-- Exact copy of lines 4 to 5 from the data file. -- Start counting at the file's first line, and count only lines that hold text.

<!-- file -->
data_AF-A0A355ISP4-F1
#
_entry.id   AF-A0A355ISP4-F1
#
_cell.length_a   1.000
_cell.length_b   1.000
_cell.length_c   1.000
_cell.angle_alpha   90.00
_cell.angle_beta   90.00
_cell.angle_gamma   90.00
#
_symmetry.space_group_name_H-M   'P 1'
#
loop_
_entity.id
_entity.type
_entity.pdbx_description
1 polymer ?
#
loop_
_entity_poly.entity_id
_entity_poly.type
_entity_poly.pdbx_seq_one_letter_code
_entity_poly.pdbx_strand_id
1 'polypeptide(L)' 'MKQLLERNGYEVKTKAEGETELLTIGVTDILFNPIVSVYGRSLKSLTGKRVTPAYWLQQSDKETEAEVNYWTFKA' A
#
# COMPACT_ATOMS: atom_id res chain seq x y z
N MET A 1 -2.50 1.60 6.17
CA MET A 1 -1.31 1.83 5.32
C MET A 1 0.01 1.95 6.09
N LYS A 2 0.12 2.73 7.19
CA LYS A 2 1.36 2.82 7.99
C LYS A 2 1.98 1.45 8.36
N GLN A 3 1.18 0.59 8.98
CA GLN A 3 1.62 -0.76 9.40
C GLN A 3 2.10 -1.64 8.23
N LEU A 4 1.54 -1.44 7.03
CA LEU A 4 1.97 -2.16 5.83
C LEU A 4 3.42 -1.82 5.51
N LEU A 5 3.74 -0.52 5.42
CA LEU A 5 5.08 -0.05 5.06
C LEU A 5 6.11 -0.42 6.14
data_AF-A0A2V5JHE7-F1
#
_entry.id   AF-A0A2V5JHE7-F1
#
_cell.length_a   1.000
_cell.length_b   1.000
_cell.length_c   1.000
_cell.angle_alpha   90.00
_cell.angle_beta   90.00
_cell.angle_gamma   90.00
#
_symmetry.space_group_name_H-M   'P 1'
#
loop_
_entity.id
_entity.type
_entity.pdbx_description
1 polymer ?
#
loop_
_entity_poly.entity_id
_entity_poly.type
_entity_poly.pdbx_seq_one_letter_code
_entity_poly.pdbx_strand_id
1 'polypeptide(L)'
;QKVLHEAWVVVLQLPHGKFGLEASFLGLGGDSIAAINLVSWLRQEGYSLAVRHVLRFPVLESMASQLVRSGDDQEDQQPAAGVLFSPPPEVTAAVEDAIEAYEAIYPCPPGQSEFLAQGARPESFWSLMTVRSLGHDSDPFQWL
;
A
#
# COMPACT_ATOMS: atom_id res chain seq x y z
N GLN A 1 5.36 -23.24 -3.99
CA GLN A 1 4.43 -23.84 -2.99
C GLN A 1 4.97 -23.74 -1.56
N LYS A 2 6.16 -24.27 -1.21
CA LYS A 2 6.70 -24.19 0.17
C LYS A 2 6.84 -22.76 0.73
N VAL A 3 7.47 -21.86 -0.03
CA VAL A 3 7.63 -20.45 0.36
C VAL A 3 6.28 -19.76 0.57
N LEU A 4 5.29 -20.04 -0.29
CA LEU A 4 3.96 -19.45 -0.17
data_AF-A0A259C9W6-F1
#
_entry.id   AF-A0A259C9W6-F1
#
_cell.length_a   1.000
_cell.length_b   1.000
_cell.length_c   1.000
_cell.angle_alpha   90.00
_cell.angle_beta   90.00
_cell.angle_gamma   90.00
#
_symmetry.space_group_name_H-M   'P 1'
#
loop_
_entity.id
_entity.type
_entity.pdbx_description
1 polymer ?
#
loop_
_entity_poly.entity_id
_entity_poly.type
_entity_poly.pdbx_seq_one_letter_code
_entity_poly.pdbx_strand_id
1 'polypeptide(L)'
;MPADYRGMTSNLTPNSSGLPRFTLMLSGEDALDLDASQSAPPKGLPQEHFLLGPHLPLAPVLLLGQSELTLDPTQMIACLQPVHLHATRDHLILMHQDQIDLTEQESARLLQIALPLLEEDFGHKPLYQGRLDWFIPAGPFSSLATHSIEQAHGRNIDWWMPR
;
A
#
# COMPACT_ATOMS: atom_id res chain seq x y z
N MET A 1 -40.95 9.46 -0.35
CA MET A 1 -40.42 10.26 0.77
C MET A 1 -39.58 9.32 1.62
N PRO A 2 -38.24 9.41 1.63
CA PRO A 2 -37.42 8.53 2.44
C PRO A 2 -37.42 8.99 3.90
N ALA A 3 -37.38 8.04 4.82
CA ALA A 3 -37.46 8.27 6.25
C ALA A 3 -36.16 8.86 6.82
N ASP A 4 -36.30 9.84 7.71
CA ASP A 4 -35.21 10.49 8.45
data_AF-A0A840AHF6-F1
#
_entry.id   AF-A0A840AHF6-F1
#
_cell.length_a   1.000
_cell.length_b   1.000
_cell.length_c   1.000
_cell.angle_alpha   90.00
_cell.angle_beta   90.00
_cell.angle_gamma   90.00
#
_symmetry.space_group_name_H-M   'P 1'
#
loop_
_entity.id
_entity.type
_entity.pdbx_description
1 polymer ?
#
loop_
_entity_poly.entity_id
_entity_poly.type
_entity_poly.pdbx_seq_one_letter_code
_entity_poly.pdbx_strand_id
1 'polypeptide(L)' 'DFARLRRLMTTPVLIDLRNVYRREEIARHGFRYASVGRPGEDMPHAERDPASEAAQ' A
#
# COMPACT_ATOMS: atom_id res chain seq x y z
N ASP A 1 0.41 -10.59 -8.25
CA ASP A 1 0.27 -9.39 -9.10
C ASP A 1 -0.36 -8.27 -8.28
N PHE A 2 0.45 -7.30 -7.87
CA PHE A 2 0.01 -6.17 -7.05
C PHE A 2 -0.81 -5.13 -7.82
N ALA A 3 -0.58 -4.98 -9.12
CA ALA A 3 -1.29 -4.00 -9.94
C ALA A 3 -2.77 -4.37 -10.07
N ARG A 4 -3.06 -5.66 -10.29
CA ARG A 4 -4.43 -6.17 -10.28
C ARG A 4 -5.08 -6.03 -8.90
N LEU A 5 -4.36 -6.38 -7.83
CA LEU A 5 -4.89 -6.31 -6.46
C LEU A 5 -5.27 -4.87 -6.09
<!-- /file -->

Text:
#
_cell.length_a   1.000